Though the subject matter of plagiarism and copyright infringement is the copying of the content and that too without the consent of the creator, however, they are not one and the same thing. Plagiarism involves stealing someone else’s original and unique creation and not giving proper credit to the originator.
On the contrary, Copyright infringement refers to the unauthorized duplication or stealing of another person’s unique and creative work, in a way, which is specifically prohibited by law.
Many individuals, organizations and business entities who create a unique and novel work, often apply for copyright protection so that they get the exclusive rights of using it, and they can earn from their hard work and efforts, as well as to avoid copyright infringement.
The article explains the difference between copyright infringement and plagiarism, in an easy way.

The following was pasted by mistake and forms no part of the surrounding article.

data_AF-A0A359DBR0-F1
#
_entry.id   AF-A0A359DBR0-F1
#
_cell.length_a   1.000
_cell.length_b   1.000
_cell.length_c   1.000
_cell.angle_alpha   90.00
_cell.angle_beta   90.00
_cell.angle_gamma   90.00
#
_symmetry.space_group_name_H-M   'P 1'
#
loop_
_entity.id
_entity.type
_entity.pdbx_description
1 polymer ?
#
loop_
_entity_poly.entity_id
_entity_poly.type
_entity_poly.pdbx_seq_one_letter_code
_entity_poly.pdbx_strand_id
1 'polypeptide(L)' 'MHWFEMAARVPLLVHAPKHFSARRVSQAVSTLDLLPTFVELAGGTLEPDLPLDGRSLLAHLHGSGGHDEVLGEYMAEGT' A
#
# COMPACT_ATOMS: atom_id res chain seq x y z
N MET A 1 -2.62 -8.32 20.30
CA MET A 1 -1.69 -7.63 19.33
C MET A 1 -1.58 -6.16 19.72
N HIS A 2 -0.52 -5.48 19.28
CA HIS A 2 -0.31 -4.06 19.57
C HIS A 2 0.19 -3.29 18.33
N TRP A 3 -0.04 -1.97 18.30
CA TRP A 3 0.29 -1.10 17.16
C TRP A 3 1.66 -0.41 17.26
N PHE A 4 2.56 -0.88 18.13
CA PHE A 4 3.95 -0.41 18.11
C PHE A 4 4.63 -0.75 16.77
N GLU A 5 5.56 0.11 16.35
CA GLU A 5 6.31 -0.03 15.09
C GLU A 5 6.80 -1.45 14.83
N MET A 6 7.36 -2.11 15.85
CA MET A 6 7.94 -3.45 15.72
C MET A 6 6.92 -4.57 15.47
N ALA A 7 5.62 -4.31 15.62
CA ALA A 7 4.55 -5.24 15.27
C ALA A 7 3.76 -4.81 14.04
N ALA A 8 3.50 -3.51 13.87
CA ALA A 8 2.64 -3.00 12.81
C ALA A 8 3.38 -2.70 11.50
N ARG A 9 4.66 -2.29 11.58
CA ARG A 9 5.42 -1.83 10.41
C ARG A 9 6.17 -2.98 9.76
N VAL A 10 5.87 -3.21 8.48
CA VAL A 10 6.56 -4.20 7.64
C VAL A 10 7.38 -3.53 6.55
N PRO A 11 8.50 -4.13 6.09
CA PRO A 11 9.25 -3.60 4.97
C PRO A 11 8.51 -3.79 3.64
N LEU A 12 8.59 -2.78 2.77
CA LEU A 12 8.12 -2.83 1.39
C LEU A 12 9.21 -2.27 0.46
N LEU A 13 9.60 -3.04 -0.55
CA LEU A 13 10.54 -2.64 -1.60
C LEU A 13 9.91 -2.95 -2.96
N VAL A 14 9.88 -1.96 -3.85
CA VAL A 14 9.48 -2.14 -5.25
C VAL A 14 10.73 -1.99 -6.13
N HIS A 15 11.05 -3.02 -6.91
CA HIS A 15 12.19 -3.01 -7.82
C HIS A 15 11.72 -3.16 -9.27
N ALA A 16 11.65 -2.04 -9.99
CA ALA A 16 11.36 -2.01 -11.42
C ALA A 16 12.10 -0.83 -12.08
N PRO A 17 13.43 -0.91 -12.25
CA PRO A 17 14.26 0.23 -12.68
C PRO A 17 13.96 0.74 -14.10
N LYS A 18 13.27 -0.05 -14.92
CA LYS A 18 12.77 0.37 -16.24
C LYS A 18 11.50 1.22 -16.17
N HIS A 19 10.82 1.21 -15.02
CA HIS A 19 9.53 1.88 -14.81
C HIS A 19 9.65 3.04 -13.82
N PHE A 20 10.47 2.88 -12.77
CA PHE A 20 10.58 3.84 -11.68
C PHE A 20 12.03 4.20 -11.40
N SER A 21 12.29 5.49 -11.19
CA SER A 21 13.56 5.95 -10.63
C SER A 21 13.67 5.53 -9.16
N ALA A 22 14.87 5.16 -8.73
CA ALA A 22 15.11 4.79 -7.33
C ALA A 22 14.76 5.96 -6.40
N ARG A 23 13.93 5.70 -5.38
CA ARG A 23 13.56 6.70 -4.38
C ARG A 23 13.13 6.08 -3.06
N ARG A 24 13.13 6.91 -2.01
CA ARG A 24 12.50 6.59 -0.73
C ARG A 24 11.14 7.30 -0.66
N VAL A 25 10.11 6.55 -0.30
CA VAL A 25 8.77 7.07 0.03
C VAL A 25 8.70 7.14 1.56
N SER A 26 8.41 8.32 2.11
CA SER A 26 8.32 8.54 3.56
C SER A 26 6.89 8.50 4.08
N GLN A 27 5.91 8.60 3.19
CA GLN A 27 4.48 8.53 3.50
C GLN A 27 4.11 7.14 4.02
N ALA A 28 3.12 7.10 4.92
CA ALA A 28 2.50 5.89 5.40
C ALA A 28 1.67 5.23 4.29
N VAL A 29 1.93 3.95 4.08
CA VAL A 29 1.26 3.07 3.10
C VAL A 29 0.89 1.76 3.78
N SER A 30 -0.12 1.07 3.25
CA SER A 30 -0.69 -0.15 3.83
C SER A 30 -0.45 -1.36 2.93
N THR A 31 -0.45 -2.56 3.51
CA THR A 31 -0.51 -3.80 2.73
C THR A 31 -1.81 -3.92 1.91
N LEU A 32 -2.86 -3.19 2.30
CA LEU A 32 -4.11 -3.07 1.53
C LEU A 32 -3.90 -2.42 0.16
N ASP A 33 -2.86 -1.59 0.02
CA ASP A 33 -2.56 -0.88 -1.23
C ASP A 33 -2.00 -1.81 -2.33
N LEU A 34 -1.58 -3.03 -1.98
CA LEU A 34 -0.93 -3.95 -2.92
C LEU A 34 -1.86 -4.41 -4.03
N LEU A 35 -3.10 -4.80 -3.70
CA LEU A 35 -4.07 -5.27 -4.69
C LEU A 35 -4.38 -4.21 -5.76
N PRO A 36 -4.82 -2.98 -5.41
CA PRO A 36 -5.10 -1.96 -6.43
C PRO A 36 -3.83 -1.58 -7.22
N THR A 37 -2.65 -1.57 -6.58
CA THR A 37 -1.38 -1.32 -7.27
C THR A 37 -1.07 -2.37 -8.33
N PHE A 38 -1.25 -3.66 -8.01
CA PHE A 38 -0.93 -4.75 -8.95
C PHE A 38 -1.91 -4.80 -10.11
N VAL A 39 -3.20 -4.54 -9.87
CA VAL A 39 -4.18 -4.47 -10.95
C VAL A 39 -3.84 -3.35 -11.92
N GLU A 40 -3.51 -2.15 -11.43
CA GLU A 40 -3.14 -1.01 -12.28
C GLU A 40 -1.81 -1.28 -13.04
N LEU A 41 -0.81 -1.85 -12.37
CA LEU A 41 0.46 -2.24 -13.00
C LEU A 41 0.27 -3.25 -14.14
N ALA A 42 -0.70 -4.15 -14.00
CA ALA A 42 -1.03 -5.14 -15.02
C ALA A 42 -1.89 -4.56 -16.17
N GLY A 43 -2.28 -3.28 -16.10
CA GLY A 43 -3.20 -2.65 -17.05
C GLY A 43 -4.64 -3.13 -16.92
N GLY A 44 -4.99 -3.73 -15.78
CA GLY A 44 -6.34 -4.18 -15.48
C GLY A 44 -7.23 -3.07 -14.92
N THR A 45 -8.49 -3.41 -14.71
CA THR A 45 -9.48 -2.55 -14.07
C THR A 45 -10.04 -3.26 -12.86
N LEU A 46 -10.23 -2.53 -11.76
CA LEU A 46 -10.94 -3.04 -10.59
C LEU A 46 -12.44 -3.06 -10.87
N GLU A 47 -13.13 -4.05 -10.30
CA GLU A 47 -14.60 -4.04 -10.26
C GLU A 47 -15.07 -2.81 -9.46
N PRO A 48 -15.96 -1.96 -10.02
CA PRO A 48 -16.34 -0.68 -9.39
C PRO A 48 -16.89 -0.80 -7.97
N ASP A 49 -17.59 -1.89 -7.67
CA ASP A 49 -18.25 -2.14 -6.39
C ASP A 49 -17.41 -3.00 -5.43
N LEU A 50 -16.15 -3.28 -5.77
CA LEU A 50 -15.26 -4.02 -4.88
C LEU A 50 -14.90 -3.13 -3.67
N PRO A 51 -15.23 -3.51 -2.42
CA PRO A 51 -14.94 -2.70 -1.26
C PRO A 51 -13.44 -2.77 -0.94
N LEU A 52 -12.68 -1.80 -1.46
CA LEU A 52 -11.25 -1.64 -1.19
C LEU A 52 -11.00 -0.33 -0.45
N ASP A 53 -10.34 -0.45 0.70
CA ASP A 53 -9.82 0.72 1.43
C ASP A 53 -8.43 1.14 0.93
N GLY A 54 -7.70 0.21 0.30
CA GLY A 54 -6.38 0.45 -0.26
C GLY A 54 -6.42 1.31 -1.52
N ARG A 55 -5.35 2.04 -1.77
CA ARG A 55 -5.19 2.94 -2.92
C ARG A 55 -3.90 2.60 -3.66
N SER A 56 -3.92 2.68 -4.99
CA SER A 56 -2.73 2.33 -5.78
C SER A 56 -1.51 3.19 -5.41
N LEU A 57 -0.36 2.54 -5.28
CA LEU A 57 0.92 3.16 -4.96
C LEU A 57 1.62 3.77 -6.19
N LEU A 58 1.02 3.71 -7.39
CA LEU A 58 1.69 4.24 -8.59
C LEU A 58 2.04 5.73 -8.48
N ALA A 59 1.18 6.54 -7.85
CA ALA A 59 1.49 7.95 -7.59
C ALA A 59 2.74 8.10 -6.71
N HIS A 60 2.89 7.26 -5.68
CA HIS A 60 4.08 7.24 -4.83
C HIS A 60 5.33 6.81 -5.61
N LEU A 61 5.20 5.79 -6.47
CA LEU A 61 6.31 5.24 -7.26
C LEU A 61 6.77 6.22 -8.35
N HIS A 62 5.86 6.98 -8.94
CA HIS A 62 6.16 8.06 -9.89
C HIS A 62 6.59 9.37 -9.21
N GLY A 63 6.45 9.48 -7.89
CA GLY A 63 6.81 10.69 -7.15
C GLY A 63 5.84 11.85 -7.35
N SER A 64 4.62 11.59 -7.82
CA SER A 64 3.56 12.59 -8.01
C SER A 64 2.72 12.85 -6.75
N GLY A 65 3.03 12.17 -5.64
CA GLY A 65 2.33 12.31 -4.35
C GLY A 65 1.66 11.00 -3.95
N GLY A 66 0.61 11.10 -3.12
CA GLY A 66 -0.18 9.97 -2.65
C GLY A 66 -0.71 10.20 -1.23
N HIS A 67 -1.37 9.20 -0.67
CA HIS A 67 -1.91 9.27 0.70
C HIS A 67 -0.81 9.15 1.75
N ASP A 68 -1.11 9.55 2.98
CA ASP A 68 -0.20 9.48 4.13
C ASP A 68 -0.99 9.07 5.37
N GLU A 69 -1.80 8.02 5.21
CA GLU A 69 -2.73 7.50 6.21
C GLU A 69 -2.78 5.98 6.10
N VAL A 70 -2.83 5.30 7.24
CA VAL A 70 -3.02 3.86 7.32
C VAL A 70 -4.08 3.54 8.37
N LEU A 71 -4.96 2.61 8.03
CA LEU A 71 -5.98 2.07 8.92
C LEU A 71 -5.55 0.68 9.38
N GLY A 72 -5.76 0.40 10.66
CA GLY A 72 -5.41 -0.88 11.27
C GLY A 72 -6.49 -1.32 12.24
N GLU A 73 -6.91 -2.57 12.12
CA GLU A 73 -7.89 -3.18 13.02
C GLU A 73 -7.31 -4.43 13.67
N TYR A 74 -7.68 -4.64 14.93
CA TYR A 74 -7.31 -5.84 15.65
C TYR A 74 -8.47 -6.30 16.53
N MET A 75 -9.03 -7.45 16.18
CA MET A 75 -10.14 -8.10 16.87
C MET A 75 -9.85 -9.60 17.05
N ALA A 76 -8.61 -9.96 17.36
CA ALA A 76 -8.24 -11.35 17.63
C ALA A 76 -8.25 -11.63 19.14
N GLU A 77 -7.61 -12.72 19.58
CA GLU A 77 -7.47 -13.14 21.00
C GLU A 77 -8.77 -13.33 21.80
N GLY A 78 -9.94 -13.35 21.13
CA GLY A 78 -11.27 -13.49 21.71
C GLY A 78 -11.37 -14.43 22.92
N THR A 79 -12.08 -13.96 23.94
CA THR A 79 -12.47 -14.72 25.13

Content: Copyright Infringement Vs Plagiarism
|Basis for Comparison||Copyright Infringement||Plagiarism|
|Meaning||Copyright infringement is the unlawful duplication of work that violates the exclusive rights of the copyright owner.||Plagiarism implies the presentation of someone else's thoughts ideas or expression as your own, without providing attribution to the actual creator of the work.|
|What is it?||Unauthorized use of creative work which belongs to someone else.||Claiming or attempting to claim ownership on creative work of someone else.|
|Subject Matter||Copyright protected works.||All type of creative works.|
|Concerned with||Fixed expression of ideas||Ideas|
|Issue||Arises when material is used without permission.||Arises when material is used without providing credit.|
|Wrong||Civil wrong||Ethical wrong|
Definition of Copyright Infringement
Copyright Infringement refers to the unauthorized reproduction, distribution, display, performance, modification or use of works which are under the protection of copyright law, where permission is a must. It means to sell someone’s work or commercially exploit it without legal permission to do the same.